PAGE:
China’s internet users are paying close attention to the crypto crash
While cryptocurrency trading is illegal in China, its citizens are nonetheless interested in the ups and downs of the market, not least because many have found workarounds and continue to buy and trade a variety of tokens.
After a terrible weekend, Bitcoin’s price continued to plummet on Monday, down more than 50% from its peak of $69,000 in November 2021 and approaching the $30,000 barrier. The drop is happening in parallel with the depegging of algorithmic stablecoin terraUSD.
A stablecoin is a digital currency that is tied to a more stable reserve asset, such as the US dollar or gold, and is aimed to reduce volatility while providing digital currency benefits, such as quick transactions.
An algorithmic stablecoin is one that uses algorithms rather than actual currency in a reserve to maintain a price similar to that of a central bank. UST is formed by “burning” Luna with smart contracts, which are pieces of code entered into a blockchain that execute choices automatically.
On Monday, Terraform Labs, the company behind UST, Luna, and Luna Foundation Guard, emptied its treasury wallet of all of its bitcoin, totaling 42,530 bitcoins ($1.3 billion). The cost of UST has dropped to around $0.95.
On the same day, the hashtag #Luna climbed into the top 10 keywords on Weibo, China’s version of Twitter, which has a monthly user base of 570 million people and is widely considered as a barometer of public opinion in the country. As of Monday evening, posts using the hashtag #Luna had received approximately 15 million views.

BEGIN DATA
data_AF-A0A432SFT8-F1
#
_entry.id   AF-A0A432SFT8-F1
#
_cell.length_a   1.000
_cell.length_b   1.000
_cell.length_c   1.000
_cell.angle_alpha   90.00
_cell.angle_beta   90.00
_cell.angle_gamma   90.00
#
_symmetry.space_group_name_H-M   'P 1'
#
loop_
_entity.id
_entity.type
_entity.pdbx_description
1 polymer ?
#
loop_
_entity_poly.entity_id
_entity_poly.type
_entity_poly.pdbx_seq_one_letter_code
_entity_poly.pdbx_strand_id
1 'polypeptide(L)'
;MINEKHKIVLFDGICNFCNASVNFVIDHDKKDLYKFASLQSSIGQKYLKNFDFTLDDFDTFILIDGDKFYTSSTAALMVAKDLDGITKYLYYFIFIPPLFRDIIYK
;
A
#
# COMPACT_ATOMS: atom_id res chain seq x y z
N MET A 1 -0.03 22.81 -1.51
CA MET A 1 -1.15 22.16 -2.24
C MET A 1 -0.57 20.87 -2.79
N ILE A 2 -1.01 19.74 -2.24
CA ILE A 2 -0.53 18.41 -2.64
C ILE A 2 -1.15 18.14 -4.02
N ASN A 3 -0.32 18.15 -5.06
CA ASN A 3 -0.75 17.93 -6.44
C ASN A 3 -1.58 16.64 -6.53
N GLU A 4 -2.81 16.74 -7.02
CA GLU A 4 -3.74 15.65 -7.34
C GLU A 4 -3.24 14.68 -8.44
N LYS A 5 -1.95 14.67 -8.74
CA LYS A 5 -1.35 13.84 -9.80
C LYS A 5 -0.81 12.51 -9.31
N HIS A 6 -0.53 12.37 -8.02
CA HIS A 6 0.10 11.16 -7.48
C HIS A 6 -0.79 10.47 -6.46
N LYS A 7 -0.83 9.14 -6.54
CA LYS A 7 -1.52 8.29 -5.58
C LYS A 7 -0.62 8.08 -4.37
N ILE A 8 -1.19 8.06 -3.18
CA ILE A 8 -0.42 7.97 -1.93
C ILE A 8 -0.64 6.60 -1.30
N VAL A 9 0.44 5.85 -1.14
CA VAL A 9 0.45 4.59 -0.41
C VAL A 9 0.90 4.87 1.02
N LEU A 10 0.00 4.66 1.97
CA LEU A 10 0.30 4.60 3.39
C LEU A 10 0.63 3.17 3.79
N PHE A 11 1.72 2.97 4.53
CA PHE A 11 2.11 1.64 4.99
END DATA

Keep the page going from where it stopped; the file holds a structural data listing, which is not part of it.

“The Luna Foundation Guard announced a $1.5 billion loan to revive UST, but Luna, in my opinion, has seen better days. Even if it is rescued, it may develop Parkinson’s disease and become trembling and half-alive. “After such a confidence crisis, no one would dare to get engaged,” one Weibo user with over 200,000 followers remarked.
While it’s difficult to say how many Chinese people trade cryptocurrency, according to web analytics firm SimilarWeb (h/t Wu Blockchain), China accounts for approximately 10% of web traffic to OKX, which consistently ranks first among the 15 exchanges worldwide.